Friday, April 13, 2007

So It Goes

(I wrote this a few weeks ago but never published it. I don't know why.)

Kurt Vonnegut, great American author, playwright, poet, died a couple of days ago at the age of 84. (click the title of this posting to read his obituary) Some people may remember him from the 1986 film, "Back to School." He played himself. But he was really a novelist who never stopped being cool. "So it goes", as he said in "Slaughterhouse-Five."

He lived somewhere near my office in Manhattan and I used to see this shaggy, disheveled figure ambling around, sometimes sitting on a bench right in front of my building. He wrote some amazing, thought-provoking lines while not far away, I write lines that sell toilet brushes to consumers. So it goes.

No fan of our current moron-in chief, he once said, "the only difference between [George W.] Bush and [Adolf] Hitler is that Hitler was elected."

His last book came in 2005 was called "A Man Without A Country". It ended with a very pithy poem called "Requiem":

The crucified planet Earth,
should it find a voice
and a sense of irony,
might now well say
of our abuse of it,
"Forgive them, Father,
They know not what they do."

The irony would be
that we know what
we are doing.

When the last living thing
has died on account of us,
how poetical it would be
if Earth could say,
in a voice floating up
from the floor of the Grand Canyon,
"It is done."
People did not like it here.

So it goes. Rest in peace, Mr. Vonnegut.

Sunday, April 08, 2007

The 11th Plague

If Jews truly control Hollywood the way many morons would have you believe, then Gentiles control network programming. I've never been a programmer, nor have a met one, but it doesn't seem like a really hard job. I'll bet people say that about my job too. But I digress.

When I was a kid, the annual event that is Passover brought many traditions. One of them was the ABC presentation of the 1956 classic "The Ten Commandments". A biblical spectacular that retells the story of the Hebrew slaves and their exodus from Egyptian tyranny and ultimately leading to the holiday of Passover. While many religions and denominations may lay claim to the Bible, the story told in "The Ten Commandments" is exclusively Jewish. Except for the commandments part.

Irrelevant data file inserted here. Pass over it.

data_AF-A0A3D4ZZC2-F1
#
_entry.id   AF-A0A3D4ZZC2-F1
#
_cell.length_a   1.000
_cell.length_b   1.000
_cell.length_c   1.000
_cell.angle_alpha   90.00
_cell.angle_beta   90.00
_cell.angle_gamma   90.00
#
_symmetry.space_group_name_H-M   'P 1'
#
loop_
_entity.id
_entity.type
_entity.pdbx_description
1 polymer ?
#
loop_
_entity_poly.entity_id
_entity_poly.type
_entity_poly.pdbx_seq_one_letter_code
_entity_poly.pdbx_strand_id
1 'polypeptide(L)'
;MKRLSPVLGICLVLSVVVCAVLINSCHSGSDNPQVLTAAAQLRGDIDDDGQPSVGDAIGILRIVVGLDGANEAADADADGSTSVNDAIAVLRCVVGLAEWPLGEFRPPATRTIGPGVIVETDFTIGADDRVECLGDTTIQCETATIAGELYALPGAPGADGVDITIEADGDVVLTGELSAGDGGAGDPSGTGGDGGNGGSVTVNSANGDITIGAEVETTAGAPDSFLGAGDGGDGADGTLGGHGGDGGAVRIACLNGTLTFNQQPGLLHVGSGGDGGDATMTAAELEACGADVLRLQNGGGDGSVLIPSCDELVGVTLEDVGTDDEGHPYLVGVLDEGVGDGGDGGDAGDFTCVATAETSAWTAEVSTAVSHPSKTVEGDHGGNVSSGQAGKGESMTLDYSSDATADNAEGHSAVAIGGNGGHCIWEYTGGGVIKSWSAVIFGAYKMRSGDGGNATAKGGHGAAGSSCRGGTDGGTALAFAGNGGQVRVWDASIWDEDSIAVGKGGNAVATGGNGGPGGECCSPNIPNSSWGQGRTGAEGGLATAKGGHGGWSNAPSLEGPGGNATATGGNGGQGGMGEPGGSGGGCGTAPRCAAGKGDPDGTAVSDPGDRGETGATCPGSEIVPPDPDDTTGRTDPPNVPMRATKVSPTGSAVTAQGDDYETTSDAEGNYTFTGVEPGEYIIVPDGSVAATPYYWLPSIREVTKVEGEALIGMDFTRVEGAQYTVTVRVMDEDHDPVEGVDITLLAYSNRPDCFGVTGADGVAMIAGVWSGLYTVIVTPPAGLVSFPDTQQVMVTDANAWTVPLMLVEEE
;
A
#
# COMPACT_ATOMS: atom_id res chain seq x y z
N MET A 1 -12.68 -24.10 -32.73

Over the past few years, it's been harder to find this movie on TV. ABC doesn't even run it every year anymore. But when they do, the choice of night is questionable. Like in 2007. Passover began on the night of April 3rd. It was a Monday. I could see a programmer not wanting to broadcast a 5 hour movie on a weeknight, especially a weeknight when many Jews wouldn't be watching. So how about the 2nd? Yeah, that would have been good. But instead, ABC ran it on April 7th: the Saturday before Easter. In fact, ABC has tied the broadcast event to Easter several times in the past. Yes, it's still Passover but that's not why it's on. Passover doesn't always coincide with Easter and when it doesn't, "The Ten Commandments" will be on TV on or around Easter.

Here's what you'll never see: "A Christmas Carol" in November. "The Passion of The Christ" on Yom Kippur. Some movies belong at certain times. A movie about a major Jewish holiday? A movie about something that happened years before there were Christians? Passover. There are 8 nights. Choose the Saturday or Sunday closest to the start of the holiday which it represents.

One thing I really love is the way this epic movie is summarized. All of your various programming guides need to sum up the plot of this thing in one or two lines. Tivo took a shot at it: "Moses leads an exodus from Egypt to the Promised Land, complete with parting of the Red Sea."


Oh, and then there's this.